This is the way our cities could be, as imagined by landscape architect Jon Hazelwood, principal at multi-disciplinary architectural firm Hassell. He has been exploring the possibilities of rewilding urban spaces using AI for his Instagram account, Naturopolis_ai with visually arresting outcomes.

“It took me a few weeks to get interesting results,” he said. “I really like the ephemeral nature of the images — you will never see it again and none of those plants are real. 

“The AI engine makes an approximation of a grevillea.”

Hazelwood chose some of the most iconic locations in Australia, including the Sydney Opera House and the Harbour Bridge, as well as international cities such as Paris and London, to demonstrate the impact of untamed green spaces on streetscapes, plazas and public space.

He said he hopes to provoke a conversation about the artificial separation between our cities and the broader environment, exploring ways to break down the barriers and promote biodiversity.

“A lot of the planning (for public spaces) is very limited,” Hazelwood said. “There are 110,000 species of plants in Australia and we probably use about 12 in our (public) planting schemes. 

“Often it’s for practical reasons because they’re tough and drought tolerant — but it’s not the whole story.”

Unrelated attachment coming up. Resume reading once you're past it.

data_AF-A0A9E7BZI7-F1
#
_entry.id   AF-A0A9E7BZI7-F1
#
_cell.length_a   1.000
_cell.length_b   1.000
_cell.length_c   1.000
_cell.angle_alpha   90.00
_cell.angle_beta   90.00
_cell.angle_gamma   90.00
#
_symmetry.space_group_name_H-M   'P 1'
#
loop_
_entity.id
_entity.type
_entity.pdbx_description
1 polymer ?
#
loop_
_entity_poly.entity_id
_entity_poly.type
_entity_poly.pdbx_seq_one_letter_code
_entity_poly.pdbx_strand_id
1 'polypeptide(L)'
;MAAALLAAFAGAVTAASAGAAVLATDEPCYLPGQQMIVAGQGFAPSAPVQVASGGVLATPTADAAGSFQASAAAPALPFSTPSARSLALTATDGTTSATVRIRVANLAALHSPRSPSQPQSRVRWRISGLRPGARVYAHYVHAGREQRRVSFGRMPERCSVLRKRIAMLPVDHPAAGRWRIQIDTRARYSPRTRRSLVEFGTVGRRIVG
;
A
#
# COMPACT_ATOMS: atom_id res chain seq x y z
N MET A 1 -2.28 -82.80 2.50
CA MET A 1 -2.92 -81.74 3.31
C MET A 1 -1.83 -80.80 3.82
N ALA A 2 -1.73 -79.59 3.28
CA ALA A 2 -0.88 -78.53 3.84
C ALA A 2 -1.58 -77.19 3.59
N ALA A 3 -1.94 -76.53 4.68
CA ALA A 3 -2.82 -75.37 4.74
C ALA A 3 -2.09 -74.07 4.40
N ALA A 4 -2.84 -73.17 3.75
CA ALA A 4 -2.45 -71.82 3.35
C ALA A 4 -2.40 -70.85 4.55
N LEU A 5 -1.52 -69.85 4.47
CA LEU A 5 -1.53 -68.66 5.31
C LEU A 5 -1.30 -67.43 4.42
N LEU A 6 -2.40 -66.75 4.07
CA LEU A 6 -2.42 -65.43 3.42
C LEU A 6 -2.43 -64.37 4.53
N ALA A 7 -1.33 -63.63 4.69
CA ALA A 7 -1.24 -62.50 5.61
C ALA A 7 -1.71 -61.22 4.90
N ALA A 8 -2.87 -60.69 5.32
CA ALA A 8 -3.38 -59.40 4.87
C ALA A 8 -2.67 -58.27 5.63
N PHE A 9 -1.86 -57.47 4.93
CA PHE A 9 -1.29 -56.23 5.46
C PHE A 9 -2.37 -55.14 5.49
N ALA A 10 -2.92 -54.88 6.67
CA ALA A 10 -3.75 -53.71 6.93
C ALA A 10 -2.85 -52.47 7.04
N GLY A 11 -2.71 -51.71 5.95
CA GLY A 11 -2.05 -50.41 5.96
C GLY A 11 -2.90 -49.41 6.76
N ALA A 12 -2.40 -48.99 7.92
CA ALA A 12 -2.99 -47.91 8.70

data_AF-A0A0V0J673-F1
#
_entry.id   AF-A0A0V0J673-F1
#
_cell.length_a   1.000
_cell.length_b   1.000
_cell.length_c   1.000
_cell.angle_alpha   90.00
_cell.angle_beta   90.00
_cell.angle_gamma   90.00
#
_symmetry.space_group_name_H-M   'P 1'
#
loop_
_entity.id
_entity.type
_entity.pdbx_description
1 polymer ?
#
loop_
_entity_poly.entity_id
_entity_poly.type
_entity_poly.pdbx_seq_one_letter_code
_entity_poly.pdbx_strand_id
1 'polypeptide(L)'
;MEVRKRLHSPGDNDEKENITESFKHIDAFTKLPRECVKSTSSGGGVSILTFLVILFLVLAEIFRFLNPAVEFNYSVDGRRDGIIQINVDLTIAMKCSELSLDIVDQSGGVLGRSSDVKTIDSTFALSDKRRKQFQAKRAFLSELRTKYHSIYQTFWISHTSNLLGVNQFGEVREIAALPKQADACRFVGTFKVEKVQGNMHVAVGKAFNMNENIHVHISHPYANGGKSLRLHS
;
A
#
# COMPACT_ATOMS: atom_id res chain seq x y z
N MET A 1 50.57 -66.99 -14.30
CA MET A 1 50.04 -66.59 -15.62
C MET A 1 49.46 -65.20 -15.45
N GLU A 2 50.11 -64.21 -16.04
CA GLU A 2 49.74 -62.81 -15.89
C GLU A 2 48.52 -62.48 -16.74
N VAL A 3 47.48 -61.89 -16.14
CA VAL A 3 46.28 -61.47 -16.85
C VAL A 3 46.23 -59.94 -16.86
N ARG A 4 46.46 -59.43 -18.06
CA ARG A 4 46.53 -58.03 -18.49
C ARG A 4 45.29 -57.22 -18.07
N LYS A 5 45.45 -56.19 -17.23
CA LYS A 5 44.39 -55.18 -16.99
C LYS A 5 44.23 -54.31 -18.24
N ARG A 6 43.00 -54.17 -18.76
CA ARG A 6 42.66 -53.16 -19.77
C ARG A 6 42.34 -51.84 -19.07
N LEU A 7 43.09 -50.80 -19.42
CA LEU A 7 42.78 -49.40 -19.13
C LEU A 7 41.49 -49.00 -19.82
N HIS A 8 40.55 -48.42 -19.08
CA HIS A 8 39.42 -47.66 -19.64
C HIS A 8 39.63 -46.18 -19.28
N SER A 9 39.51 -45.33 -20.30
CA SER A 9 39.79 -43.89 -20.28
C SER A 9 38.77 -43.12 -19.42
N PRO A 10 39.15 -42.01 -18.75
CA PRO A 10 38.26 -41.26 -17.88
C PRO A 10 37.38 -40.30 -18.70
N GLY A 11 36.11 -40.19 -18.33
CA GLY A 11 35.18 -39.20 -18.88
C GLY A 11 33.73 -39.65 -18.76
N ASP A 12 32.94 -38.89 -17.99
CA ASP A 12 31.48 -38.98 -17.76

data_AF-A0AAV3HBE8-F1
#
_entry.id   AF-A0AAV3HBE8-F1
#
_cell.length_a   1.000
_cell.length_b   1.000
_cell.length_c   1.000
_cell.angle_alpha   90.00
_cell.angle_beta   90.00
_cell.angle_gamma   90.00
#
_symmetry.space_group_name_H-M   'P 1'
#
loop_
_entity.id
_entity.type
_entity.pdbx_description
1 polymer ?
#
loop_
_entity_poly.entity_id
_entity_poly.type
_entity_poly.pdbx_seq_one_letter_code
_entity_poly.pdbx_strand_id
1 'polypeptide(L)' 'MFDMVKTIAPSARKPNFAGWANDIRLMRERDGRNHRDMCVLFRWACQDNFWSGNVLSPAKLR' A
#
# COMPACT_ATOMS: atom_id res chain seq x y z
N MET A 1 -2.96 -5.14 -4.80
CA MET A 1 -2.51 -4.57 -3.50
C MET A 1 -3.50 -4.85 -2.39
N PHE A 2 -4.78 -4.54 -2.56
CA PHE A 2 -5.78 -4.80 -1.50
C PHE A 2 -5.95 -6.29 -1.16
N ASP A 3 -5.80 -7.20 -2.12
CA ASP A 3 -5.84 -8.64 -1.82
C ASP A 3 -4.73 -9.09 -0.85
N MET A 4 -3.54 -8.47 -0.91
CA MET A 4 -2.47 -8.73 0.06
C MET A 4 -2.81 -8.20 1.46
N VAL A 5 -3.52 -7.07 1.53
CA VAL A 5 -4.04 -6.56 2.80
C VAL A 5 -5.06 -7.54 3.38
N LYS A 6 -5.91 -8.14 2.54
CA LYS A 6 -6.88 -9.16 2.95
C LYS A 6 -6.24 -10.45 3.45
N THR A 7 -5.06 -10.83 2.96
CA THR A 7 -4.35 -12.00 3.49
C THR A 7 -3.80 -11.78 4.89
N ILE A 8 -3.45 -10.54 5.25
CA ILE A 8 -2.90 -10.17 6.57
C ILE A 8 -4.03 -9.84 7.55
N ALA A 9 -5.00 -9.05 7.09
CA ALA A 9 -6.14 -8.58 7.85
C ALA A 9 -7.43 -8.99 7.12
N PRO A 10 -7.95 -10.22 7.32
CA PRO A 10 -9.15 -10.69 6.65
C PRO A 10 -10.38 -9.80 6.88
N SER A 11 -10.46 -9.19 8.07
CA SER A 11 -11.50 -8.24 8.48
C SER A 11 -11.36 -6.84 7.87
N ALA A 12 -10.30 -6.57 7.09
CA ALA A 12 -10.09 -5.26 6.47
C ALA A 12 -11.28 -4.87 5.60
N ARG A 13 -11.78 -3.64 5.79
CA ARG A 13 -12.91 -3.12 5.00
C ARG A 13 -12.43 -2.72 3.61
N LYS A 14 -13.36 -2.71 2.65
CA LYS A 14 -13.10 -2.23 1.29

Hazelwood pointed to the work of UK landscape architect Prof Nigel Dunnett, who has championed wild garden design in urban spaces. He has drawn interest in recent years for his work transforming the brutalist apartment block at the Barbican in London into a meadow-like environment with diverse plantings of grasses and perennials.

Hazelwood said it is this kind of ‘complex nature’ that is required for cities to thrive into the future, but it can be hard to convince planners and developers of the benefits.

“We have been doing a lot of work on how we get complex nature because complexity of species drives biodiversity,” he said. 

“But when we try to propose the space the questions are: how are we going to maintain it? Where is the lawn?

“A lot of our work is demonstrating you can get those things and still provide a complex environment.” 

At the moment, Hassell together with the University of Melbourne is trialling options at the Hills Showground Metro Station in Sydney, where the remaining ground level planting has been replaced with more than 100 different species of plants and flowers to encourage diversity without the need for regular maintenance. But more needs to be done, Hazelwood said.

“It needs bottom-up change,” he said. ““There is work being done at government level around nature positive cities, but equally there needs to be changes in the range of plants that nurseries grow, and in the way our city landscapes are maintained and managed.”

And there’s no AI option for that. 


Consumers are going to gravitate toward applications powered by the buzzy new technology, analyst Michael Wolf predicts

Chris Dixon, a partner who led the charge, says he has a ‘very long-term horizon’

Related Stories
Toy Shoppers Come Down With a Case of the Holiday Blahs
Homeowners’ Spare Rooms Worth $700 A Month In Today’s Rental Crisis
By Bronwyn Allen 03/11/2023
How an Academic Uncovered One of the Biggest Museum Heists of All Time
By MAX COLCHESTER 24/10/2023
    Your Cart
    Your cart is emptyReturn to Shop